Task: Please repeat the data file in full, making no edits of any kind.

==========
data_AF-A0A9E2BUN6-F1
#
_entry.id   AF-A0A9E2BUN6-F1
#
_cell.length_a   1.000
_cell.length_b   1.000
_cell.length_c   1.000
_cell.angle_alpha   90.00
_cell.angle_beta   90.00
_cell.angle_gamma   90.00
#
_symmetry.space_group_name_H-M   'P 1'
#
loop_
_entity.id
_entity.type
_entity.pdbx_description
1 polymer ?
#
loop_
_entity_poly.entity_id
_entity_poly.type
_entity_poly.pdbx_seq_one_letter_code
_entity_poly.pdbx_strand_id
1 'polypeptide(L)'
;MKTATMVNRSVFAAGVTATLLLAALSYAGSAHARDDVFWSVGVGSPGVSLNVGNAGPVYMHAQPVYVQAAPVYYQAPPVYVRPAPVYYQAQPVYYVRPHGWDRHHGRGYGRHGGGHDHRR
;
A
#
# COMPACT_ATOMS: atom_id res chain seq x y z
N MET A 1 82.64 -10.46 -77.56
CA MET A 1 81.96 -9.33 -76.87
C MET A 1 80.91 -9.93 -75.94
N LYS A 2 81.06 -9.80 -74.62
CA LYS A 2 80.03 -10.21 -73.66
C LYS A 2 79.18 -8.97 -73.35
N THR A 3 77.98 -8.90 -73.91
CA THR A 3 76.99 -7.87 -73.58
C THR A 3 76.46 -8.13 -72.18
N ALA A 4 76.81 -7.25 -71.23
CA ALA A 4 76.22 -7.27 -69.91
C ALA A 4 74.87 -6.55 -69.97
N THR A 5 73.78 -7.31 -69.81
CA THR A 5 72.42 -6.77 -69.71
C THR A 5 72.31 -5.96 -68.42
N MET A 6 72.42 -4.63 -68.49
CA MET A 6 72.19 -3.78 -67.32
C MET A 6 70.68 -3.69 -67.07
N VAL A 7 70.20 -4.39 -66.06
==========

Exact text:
data_AF-A0A9E2BUN6-F1
#
_entry.id   AF-A0A9E2BUN6-F1
#
_cell.length_a   1.000
_cell.length_b   1.000
_cell.length_c   1.000
_cell.angle_alpha   90.00
_cell.angle_beta   90.00
_cell.angle_gamma   90.00
#
_symmetry.space_group_name_H-M   'P 1'
#
loop_
_entity.id
_entity.type
_entity.pdbx_description
1 polymer ?
#
loop_
_entity_poly.entity_id
_entity_poly.type
_entity_poly.pdbx_seq_one_letter_code
_entity_poly.pdbx_strand_id
1 'polypeptide(L)'
;MKTATMVNRSVFAAGVTATLLLAALSYAGSAHARDDVFWSVGVGSPGVSLNVGNAGPVYMHAQPVYVQAAPVYYQAPPVYVRPAPVYYQAQPVYYVRPHGWDRHHGRGYGRHGGGHDHRR
;
A
#
# COMPACT_ATOMS: atom_id res chain seq x y z
N MET A 1 82.64 -10.46 -77.56
CA MET A 1 81.96 -9.33 -76.87
C MET A 1 80.91 -9.93 -75.94
N LYS A 2 81.06 -9.80 -74.62
CA LYS A 2 80.03 -10.21 -73.66
C LYS A 2 79.18 -8.97 -73.35
N THR A 3 77.98 -8.90 -73.91
CA THR A 3 76.99 -7.87 -73.58
C THR A 3 76.46 -8.13 -72.18
N ALA A 4 76.81 -7.25 -71.23
CA ALA A 4 76.22 -7.27 -69.91
C ALA A 4 74.87 -6.55 -69.97
N THR A 5 73.78 -7.31 -69.81
CA THR A 5 72.42 -6.77 -69.71
C THR A 5 72.31 -5.96 -68.42
N MET A 6 72.42 -4.63 -68.49
CA MET A 6 72.19 -3.78 -67.32
C MET A 6 70.68 -3.69 -67.07
N VAL A 7 70.20 -4.39 -66.06